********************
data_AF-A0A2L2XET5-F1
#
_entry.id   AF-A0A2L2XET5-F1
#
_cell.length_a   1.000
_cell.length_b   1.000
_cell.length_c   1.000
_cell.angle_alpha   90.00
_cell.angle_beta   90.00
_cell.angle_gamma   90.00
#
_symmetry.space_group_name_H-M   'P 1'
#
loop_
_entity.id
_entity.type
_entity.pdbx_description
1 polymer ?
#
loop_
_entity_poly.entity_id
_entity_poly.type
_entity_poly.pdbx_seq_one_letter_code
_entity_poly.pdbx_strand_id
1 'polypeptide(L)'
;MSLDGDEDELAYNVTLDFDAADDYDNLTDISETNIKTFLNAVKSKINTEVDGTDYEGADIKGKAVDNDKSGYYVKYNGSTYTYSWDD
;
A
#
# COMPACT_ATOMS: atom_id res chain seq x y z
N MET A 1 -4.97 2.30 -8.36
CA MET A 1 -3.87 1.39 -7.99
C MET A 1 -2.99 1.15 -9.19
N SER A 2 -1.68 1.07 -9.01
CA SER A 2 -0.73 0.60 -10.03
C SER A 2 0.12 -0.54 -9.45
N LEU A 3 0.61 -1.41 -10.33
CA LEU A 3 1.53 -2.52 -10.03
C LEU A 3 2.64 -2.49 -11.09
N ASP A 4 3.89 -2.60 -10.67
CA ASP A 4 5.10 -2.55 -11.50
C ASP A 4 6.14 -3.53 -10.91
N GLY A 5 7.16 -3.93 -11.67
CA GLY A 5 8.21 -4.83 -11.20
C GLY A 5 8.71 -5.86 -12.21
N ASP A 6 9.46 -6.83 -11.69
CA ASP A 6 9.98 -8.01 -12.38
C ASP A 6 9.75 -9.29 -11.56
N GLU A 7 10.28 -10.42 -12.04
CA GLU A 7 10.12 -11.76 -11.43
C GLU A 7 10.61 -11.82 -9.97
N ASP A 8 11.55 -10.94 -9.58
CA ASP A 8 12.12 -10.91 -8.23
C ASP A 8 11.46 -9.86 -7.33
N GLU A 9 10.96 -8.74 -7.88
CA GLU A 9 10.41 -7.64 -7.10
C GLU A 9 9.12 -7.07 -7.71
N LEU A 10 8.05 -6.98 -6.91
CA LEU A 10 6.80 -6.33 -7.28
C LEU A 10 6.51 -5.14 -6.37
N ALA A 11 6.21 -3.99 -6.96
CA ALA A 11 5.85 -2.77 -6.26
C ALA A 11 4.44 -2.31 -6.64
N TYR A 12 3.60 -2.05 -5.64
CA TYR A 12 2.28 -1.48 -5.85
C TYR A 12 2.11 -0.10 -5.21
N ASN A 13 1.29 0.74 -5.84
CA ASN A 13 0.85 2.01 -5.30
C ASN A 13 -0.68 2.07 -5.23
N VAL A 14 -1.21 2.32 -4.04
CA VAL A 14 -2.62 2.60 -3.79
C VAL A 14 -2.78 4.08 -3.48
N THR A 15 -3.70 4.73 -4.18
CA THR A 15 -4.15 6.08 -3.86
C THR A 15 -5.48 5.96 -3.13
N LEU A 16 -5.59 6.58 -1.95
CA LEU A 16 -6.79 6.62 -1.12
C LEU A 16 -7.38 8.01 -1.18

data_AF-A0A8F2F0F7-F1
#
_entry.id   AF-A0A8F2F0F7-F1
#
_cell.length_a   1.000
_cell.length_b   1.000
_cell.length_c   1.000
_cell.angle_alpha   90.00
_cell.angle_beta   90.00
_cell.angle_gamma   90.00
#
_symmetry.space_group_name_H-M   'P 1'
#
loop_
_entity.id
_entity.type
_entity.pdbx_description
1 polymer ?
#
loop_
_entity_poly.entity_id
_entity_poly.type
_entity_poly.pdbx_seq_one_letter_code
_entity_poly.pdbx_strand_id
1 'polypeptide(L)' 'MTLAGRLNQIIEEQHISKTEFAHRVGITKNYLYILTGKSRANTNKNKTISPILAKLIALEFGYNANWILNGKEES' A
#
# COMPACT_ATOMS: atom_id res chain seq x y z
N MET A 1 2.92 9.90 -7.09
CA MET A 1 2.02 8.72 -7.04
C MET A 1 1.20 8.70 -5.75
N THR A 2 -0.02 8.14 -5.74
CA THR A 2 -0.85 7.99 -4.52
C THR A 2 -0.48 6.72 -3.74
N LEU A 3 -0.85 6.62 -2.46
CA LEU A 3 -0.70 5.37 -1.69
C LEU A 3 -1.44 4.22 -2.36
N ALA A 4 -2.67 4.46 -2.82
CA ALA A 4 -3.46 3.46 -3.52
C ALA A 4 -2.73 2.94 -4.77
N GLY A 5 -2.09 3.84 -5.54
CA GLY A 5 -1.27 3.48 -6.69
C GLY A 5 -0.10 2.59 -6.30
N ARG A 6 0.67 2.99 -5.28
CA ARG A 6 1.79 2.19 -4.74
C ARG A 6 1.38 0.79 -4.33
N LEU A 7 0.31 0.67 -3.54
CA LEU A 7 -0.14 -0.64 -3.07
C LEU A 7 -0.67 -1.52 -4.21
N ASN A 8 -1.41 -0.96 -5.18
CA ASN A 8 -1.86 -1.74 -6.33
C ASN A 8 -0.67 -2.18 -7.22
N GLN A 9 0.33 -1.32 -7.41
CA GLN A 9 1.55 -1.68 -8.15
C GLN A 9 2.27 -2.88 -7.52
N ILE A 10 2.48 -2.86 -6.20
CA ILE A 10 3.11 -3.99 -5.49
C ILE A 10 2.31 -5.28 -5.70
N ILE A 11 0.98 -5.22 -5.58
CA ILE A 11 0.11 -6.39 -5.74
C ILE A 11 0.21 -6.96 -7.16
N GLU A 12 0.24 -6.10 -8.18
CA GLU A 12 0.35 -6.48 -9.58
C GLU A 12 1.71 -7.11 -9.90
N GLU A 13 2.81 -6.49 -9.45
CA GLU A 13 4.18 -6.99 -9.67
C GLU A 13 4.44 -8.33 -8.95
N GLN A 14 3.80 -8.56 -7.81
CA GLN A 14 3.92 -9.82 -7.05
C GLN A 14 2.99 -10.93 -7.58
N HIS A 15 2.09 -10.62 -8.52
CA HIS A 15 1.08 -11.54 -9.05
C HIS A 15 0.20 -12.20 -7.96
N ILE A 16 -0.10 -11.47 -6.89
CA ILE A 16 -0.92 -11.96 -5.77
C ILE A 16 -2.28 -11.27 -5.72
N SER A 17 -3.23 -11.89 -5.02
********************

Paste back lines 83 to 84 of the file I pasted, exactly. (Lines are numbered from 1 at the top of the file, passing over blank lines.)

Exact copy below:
_cell.length_a   1.000
_cell.length_b   1.000